My tiny Japanese house was an Ebay find, but efforts made to discover where and when it was made, and who made it, have drawn a blank. So I just decided to enjoy it as it is - and learn something about old Japanese houses. I think it is possible this one is quite ancient. It stands just 11" high and 15" wide. There are two rooms with verandas, sliding screens, a thatched roof and mat floors. It is made entirely of bamboo and weighs just a few ounces. It appears to be a 19th century house in style. The details of the house are very authentic. Whether or not my house is as old as the 19th century I doubt if I will ever know. The design is similar to the one in Faith Eaton’s Ultimate Dolls' House book, but that one is considerably larger than mine.
The thatched roofs of the 19th century houses were made from straw, which was the basic material, and from either grass known as kaya or a reed called Yoshi. A thatched roof only required a framework to support the bundles of thatch which were smoothed down and secured in place by bamboo poles, later removed. On my little house the thatch is laid in two tiers, the ridge being a simple piece of wood. On a "proper" house the ridge may be tiled, and the ends of the ridge may be decorated with the Chinese character for water, the superstition being that water guarded against fire. The thatch was pushed into shape with a tool shaped a bit like a wedge of cheese - and trimmed with shears. It fascinates me watching thatchers at work in this country, and I love the characters they make to adorn the ridge. In Japan often the ridge was flattened and flower boxes were placed on the roof top, where maybe a profusion of lilies were growing.
The walls of the little house are all bamboo, as used for building normal houses. There are sliding screens across the front and inside the house, to create 2 rooms. The screens can be removed for the summer, but I don't take them out as the bamboo is very fragile and dry and liable to break. However they all slide, and the light comes in, subdued but pleasant.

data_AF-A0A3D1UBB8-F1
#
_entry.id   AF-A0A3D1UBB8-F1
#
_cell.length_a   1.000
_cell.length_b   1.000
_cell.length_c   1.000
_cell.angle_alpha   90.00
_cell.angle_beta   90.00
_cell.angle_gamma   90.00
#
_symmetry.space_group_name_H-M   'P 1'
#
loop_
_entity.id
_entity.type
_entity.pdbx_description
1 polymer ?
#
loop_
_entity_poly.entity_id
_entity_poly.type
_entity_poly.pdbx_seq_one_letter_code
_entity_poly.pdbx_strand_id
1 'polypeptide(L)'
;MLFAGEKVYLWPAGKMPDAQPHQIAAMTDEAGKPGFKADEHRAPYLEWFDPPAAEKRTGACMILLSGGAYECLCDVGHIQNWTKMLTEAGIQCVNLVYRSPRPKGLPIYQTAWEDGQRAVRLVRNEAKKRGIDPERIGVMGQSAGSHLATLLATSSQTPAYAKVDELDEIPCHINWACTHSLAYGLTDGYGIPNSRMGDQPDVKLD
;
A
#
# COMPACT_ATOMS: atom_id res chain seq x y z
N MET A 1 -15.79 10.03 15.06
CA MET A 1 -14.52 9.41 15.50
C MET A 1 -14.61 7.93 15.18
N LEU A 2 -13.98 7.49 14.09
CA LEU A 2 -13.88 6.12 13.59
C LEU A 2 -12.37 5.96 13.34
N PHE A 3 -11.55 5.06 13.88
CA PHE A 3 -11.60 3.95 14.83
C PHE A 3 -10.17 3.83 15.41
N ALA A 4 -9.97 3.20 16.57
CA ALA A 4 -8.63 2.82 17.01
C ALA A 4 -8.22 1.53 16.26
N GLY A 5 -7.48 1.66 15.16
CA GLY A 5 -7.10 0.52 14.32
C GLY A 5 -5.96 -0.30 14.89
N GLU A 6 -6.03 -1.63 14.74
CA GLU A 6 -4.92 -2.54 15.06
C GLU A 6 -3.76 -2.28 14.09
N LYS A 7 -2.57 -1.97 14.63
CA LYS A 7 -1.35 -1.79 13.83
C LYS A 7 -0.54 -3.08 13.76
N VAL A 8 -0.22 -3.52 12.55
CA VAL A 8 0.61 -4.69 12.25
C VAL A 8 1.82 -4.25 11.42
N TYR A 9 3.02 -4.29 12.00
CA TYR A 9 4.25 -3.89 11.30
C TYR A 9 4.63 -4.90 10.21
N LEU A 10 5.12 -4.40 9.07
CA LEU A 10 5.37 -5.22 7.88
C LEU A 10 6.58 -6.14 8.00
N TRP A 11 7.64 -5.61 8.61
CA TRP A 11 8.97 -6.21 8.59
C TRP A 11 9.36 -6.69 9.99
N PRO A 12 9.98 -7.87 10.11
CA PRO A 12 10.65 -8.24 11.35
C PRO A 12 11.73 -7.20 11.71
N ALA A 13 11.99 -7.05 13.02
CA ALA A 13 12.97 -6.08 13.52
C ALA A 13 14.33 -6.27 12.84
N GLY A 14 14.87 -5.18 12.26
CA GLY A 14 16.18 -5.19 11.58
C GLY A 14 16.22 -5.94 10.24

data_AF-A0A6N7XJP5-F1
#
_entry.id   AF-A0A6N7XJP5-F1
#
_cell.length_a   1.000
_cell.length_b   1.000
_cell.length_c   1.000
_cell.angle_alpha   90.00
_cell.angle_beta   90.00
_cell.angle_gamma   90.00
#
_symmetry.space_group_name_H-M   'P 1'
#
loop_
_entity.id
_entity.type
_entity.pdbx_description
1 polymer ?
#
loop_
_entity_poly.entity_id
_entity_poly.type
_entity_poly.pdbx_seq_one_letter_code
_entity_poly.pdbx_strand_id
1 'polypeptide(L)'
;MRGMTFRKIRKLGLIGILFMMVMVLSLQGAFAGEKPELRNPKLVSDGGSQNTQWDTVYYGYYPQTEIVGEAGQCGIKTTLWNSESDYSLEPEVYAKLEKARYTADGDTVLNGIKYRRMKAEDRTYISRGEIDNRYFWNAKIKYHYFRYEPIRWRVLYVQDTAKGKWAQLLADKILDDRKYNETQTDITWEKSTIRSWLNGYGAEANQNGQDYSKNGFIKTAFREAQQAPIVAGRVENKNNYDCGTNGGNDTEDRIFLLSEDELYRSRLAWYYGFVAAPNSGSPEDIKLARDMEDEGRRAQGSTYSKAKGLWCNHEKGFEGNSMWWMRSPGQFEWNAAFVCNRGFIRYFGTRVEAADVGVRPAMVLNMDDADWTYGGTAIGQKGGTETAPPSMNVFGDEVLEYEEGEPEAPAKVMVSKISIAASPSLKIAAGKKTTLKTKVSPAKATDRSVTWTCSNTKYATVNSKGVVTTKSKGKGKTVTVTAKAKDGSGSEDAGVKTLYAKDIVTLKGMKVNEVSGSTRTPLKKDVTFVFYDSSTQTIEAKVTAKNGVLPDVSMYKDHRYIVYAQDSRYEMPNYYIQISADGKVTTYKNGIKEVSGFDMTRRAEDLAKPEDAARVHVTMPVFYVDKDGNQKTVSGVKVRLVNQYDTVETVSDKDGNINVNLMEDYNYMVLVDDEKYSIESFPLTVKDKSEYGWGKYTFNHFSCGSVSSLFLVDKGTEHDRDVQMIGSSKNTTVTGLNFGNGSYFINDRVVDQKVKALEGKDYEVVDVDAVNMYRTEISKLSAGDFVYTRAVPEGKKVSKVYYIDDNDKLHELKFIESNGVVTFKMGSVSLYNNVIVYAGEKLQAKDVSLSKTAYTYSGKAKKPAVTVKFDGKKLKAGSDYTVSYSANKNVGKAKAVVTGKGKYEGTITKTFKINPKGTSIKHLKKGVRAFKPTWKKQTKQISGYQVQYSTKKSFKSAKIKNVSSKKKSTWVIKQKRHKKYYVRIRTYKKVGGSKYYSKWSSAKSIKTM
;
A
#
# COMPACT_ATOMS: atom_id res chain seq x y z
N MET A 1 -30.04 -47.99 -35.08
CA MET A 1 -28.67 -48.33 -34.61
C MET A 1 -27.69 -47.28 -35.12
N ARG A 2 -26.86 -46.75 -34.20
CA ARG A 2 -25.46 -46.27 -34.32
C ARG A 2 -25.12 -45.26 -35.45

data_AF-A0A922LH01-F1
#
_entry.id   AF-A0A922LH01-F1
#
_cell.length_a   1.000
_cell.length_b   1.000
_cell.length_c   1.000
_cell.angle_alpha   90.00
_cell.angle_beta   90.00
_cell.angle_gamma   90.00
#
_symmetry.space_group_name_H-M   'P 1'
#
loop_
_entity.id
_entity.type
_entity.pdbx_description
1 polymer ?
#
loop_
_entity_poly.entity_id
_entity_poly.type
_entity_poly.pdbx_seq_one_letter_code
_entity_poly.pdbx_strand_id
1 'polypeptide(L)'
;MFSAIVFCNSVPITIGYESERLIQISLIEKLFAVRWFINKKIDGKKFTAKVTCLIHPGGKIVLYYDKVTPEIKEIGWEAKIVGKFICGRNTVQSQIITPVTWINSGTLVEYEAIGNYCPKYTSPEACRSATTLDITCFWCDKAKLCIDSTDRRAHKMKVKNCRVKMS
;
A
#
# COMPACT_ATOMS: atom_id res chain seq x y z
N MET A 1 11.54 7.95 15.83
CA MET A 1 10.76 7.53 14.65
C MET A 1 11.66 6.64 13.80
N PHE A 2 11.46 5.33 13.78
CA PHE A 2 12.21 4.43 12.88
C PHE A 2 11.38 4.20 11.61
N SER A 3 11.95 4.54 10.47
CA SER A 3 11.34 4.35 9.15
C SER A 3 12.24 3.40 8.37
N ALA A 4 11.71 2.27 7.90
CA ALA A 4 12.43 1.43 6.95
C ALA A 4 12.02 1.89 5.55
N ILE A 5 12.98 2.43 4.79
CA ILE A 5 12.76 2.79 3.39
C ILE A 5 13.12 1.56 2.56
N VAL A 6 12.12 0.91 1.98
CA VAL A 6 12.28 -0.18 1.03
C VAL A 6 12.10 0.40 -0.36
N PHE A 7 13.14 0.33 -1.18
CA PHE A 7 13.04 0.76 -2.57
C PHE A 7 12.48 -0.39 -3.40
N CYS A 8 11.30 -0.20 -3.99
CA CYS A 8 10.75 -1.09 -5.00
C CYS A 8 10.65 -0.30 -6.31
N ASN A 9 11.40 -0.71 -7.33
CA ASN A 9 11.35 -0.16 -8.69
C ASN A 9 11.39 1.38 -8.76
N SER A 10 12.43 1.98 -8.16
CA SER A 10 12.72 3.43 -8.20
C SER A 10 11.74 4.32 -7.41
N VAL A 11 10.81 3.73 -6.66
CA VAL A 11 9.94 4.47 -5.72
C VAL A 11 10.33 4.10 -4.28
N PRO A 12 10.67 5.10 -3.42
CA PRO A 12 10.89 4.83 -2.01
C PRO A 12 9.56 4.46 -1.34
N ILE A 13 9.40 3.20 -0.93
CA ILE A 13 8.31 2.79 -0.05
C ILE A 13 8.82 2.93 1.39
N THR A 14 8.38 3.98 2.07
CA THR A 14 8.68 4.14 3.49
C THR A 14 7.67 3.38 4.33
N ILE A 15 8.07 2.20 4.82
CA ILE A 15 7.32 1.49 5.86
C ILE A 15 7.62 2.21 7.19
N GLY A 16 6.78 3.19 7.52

A Japanese house of those times would have seemed to be very sparse and basic to Western eyes. Simplicity was the major part of their interior design and few ornaments were used. Perhaps a vase, or a painting. The floors were mats or tatami - arranged in spiral patterns. A six mat room would be about 9' x 12 '. They would be quite thick, edged with a black linen strip. The little house has 2 x 4 mat rooms, one down, one up, and the main room is an 8 mat room Because of the soft nature of these floors the Japanese would never wear shoes inside, leaving their wooden clogs on stepping stones near the veranda steps. If wet shoes were worn inside the tatami would soon become damp and smelly.
Inside the Japanese house the ceilings would seem to be very low. A lintel or kamoi would stretch across the room divider, shallow grooves being left between the mats of each room. It was across these grooves the screens slid. In my miniature house the internal screens - the fusuma - have to be imagined. A small wooden divider is at the far side of the house between the 4 and 8 mat rooms. The sliding screen on the outer walls are called the shōji. These outer screens are substitutes for windows. Japanese summers are very hot - the winters very cold. The fusuma would be covered on both sides with thick paper- kara-kami, often depicting a painted scene across the screens. I dread to think how draughty a Japanese house like this little one would be! Much like our old houses with slits for light, and no glass.
There is a lot of detailed work on the outer walls of the dolls house - interwoven slivers of bamboo, arranged in intricate designs. I have seen illustrations of such work on old village dwellings. It must have taken a great deal of patience to reproduce the designs in tiny bits of bamboo.
When I bought the house I was given the opportunity to buy furniture to go with it. I said "YES PLEASE!!" The detail is astonishing. Each tiny drawer opens, each little screen door slides. Many of these pieces are less than 2" high. I have photographed them in order for you to see what I mean.